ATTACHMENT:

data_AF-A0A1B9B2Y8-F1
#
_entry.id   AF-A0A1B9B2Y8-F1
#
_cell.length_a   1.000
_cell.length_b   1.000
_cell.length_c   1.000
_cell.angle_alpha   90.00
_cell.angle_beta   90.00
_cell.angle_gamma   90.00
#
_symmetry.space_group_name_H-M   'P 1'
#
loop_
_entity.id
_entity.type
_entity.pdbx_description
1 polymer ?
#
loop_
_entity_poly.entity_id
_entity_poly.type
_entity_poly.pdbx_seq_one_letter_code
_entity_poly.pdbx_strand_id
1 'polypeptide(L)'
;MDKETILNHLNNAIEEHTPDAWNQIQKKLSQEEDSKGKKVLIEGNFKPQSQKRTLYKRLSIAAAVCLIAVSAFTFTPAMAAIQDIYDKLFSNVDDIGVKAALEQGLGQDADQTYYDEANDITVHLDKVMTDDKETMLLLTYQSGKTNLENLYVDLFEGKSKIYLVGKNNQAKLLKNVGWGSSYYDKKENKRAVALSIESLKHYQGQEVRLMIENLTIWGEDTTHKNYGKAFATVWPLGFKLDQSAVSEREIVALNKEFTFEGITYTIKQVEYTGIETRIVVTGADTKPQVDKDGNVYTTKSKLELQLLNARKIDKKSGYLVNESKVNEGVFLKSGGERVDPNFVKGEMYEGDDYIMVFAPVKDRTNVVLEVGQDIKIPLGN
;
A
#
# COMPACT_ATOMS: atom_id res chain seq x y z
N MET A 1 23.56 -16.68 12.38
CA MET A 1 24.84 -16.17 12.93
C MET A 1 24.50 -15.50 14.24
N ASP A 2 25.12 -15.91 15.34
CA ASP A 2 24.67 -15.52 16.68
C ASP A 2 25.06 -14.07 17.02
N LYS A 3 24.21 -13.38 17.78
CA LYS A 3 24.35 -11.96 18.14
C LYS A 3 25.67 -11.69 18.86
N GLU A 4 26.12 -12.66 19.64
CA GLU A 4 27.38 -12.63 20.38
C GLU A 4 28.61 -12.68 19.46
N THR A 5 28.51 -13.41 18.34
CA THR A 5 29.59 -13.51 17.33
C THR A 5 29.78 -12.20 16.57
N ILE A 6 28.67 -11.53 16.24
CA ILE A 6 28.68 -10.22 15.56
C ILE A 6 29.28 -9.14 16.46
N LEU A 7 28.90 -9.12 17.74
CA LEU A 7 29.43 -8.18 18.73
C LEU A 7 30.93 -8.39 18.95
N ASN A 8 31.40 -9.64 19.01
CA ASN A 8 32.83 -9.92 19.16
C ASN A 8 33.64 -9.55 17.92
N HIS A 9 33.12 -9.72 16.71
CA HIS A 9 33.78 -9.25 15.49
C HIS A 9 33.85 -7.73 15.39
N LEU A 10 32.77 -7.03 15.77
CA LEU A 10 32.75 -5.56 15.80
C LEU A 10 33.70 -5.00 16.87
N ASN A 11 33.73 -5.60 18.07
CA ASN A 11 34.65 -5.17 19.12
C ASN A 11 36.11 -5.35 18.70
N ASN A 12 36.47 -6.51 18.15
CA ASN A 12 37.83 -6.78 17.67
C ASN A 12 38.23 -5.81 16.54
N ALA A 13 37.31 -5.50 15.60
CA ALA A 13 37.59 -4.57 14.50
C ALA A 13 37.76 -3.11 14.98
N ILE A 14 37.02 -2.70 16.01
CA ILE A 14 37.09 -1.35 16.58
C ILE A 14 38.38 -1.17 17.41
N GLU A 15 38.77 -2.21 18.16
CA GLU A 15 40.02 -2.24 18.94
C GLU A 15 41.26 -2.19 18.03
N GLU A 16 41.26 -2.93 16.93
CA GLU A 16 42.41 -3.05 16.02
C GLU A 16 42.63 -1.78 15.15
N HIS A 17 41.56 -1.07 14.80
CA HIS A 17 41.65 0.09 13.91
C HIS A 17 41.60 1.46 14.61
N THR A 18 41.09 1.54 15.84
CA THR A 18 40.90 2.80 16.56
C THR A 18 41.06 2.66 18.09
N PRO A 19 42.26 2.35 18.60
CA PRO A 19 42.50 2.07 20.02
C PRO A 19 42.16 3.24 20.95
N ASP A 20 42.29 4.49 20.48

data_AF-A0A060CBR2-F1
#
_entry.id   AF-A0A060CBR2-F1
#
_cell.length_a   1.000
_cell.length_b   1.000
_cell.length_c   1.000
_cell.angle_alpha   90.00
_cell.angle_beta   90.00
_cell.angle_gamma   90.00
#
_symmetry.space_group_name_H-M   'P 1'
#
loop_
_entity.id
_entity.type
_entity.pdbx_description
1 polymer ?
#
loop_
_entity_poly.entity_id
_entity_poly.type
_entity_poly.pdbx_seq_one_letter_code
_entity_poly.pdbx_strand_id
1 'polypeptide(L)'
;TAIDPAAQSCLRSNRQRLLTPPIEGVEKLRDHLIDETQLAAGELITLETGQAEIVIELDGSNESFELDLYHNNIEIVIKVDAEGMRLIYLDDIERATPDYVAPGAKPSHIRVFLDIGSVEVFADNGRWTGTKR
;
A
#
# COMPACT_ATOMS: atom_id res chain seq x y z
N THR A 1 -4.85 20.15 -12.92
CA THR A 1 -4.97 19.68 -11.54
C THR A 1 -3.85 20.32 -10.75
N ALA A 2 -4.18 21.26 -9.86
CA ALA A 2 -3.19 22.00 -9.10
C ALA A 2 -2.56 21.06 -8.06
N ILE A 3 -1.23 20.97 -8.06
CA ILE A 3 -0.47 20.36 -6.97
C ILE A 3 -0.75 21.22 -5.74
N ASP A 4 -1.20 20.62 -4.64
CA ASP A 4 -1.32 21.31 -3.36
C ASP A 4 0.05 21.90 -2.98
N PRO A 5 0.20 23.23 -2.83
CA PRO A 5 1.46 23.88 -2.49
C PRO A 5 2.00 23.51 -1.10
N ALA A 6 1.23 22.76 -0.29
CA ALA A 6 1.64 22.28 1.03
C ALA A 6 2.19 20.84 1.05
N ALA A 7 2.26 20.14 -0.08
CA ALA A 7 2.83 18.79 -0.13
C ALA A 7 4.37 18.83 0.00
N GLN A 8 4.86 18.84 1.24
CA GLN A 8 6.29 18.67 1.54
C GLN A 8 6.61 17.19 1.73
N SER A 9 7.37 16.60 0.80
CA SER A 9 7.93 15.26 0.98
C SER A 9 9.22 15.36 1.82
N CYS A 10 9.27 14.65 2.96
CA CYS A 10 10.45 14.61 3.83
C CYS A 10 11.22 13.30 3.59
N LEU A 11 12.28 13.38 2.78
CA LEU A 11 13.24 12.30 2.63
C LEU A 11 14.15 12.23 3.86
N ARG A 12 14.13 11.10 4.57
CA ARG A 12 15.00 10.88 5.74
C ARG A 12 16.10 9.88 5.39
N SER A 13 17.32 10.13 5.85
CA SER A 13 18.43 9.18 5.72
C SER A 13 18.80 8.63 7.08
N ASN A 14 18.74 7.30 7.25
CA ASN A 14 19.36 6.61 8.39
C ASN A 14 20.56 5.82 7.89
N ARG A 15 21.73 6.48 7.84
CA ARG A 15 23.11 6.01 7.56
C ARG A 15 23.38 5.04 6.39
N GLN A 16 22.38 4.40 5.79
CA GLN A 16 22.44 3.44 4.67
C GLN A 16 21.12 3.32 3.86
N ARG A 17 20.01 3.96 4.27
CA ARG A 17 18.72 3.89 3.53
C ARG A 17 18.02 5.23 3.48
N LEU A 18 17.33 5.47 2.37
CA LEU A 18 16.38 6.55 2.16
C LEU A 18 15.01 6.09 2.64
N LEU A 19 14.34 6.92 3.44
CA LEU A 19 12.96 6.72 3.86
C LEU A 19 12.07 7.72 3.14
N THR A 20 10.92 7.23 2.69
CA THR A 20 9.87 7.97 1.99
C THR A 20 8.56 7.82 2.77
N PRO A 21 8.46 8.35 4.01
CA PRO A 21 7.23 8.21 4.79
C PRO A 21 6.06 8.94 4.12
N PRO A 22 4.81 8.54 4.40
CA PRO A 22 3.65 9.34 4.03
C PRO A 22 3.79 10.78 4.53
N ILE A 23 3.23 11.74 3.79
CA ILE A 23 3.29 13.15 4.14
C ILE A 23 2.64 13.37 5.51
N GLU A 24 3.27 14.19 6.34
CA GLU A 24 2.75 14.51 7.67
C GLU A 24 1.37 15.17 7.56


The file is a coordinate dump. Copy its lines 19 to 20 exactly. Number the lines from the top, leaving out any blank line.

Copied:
#
loop_